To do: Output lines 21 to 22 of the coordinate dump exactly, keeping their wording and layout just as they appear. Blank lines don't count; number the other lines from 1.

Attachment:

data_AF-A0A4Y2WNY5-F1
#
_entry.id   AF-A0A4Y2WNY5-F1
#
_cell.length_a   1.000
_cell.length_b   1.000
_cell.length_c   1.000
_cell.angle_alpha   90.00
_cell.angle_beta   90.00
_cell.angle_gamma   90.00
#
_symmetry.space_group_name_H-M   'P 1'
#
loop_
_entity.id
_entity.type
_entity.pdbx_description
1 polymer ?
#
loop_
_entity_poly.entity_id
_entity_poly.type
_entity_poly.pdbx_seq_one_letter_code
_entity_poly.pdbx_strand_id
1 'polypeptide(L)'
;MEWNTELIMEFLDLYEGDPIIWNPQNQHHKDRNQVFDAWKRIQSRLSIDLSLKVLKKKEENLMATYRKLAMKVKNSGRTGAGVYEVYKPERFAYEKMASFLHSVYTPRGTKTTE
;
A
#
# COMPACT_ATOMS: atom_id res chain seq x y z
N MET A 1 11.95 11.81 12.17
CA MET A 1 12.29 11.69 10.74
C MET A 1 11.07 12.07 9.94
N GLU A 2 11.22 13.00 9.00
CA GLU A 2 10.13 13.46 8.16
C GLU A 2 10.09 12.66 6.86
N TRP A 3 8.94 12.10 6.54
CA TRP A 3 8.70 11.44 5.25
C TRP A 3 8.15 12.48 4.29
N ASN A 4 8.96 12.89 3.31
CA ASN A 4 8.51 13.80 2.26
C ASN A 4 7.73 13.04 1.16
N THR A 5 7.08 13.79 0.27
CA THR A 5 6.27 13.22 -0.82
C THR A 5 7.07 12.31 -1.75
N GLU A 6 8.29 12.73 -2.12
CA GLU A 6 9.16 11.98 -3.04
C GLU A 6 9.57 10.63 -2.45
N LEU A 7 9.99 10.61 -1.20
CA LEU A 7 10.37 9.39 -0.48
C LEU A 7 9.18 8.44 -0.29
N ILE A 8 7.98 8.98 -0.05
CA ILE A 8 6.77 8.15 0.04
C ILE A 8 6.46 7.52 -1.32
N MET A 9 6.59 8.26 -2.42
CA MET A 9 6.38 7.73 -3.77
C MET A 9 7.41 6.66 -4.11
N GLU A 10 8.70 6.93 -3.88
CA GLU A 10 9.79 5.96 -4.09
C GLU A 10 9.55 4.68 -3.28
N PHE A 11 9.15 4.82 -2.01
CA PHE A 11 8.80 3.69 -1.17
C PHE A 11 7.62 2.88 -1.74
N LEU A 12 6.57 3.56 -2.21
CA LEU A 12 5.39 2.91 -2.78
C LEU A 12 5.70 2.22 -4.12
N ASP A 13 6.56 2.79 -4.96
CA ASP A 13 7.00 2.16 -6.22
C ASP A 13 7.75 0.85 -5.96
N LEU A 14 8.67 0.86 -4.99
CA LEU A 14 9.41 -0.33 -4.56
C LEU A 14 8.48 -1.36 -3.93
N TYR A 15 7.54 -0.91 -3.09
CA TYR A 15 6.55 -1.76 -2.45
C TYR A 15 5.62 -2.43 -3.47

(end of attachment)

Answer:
_entity_poly.entity_id
_entity_poly.type